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Feds asked to rethink fertilizer emission target

Industry proposes ‘emissions intensity’ targets to measure fertilizer use improvements rather than a 30 percent across-the-board reduction.
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Fertilizer Canada says achieving a 30 percent reduction in greenhouse gas emissions “would require a reduction in fertilizer use.”
WESTERN PRODUCER — A Canadian organization that represents fertilizer manufacturers, wholesale distributors and retailers says Ottawa needs to rethink its greenhouse gas reduction emission target stemming from fertilizer use.

Fertilizer Canada said Ottawa’s unilateral decision to establish a voluntary 30 percent emissions reduction target by 2030 will have far-reaching and unintended consequences for the economy.

The organization’s top executive says the federal government should consult with the stakeholders in the agriculture and fertilizer industries, among others, to arrive at more reasonable targets that are more achievable and less harmful to the economy.

Fertilizer Canada recently released a report suggesting that Ottawa’s 30 percent reduction target could cost Canadian farmers as much as $48 billion in lost revenue over the next eight years.

Ottawa has not indicated how it intends to meet its fertilizer-related GHG emissions reduction target.

But according to Fertilizer Canada president Karen Proud, achieving a 30 percent reduction “would require a reduction in fertilizer use.”

“There’s no other way at this stage to achieve it,” she said.

Proud said Ottawa established its GHG reduction target without consulting affected industries and without conducting an economic analysis.

“These targets were set with absolutely no consultation whatsoever, with the agricultural sector, with the industries that support the agricultural sector or even with the provincial governments…,” Proud said.

“What we’re asking for is (for Ottawa) to have those discussions in order to develop an approach that is practical and pragmatic and that doesn’t result in the sort of losses that we saw coming out of our report.”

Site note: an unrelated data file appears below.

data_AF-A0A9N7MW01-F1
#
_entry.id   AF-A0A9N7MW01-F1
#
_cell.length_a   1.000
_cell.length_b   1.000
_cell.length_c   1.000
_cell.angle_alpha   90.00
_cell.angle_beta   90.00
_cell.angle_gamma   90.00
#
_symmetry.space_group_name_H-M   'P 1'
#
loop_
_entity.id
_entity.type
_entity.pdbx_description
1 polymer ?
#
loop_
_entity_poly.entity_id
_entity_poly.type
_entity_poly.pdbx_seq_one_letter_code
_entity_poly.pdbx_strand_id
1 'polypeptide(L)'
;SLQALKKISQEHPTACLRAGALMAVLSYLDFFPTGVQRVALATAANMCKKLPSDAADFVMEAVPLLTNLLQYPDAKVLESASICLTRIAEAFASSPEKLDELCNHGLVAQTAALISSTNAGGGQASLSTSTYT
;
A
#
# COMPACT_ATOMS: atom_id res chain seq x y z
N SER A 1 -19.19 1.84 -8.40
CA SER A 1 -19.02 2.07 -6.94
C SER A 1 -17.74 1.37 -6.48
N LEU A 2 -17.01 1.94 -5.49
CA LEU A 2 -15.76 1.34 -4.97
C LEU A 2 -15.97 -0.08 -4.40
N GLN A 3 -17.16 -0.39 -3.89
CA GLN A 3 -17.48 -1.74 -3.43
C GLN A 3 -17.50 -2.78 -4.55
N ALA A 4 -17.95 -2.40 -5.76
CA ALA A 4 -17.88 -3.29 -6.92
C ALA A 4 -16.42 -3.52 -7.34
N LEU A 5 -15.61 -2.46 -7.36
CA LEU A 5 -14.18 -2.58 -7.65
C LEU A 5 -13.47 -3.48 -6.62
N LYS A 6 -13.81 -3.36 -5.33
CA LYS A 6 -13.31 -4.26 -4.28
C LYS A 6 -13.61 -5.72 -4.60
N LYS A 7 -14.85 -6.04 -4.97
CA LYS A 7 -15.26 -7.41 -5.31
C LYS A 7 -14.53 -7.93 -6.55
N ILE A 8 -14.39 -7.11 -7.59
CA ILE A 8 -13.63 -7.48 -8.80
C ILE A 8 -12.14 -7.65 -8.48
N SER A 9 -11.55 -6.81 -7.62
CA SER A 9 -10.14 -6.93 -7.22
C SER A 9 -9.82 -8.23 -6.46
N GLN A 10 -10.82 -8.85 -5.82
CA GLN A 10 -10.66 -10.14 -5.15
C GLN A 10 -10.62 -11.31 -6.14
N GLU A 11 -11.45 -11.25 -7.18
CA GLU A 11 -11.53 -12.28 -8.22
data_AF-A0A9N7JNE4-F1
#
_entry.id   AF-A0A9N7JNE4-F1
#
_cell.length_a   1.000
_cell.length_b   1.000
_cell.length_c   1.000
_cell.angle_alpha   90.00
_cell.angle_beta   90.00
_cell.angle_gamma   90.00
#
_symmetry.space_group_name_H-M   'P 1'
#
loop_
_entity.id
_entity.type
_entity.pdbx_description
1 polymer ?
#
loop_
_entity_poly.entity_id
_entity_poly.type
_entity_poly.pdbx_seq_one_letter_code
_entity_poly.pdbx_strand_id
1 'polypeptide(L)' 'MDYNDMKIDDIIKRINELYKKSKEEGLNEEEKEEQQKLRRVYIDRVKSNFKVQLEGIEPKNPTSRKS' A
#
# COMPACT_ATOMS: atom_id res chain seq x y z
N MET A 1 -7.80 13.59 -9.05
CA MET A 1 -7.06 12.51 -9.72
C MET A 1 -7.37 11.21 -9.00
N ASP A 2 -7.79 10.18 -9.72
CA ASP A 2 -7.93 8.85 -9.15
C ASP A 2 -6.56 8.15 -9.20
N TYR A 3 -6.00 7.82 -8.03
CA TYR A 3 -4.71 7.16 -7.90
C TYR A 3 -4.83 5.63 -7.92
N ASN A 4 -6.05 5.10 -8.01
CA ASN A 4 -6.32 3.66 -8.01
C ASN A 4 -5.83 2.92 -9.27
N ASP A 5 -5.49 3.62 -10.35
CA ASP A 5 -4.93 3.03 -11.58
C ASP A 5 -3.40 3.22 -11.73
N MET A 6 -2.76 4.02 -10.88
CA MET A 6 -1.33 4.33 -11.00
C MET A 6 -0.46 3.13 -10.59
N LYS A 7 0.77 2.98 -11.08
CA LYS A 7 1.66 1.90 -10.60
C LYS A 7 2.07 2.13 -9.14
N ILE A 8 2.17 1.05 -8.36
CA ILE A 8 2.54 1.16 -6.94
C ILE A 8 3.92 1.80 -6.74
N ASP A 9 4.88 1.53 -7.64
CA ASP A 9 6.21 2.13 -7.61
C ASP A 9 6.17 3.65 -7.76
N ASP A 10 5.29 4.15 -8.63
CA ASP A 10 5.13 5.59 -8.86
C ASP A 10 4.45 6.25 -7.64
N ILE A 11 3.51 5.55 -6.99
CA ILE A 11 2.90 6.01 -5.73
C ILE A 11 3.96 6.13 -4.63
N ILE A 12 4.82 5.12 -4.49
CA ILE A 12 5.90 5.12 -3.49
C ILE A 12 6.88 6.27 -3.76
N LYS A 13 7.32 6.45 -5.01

Stakeholders in the fertilizer and agriculture sectors are “committed absolutely to emissions reduction and to working on addressing climate change,” she added.

But the first step in establishing realistic targets and managing economic risk is to consult with industry and facilitate a conversation about what’s achievable and what’s practical.

“At the same time the government came out with its goals around (fertilizer-related) emissions, it also came out with goals around increasing (agricultural) exports and domestic production,” Proud said.

“We think we can have both.”

Through its 4R Nutrient Stewardship Program, the Canadian fertilizer industry has been working with agricultural producers to promote a more responsible use of agricultural fertilizers.

On a per bushel basis, the fertilizer industry believes that use can be reduced without restricting productivity and jeopardizing food security.

Fertilizer Canada is proposing a strategy that uses “emissions intensity” to measure improvements in fertilizer use and achieve heightened sustainability targets.

Fertilizer Canada is also considering the need for additional studies to assess the impact that a 30 percent reduction target would have on food security, grocery prices and other Canadian industries, such a transportation and manufacturing.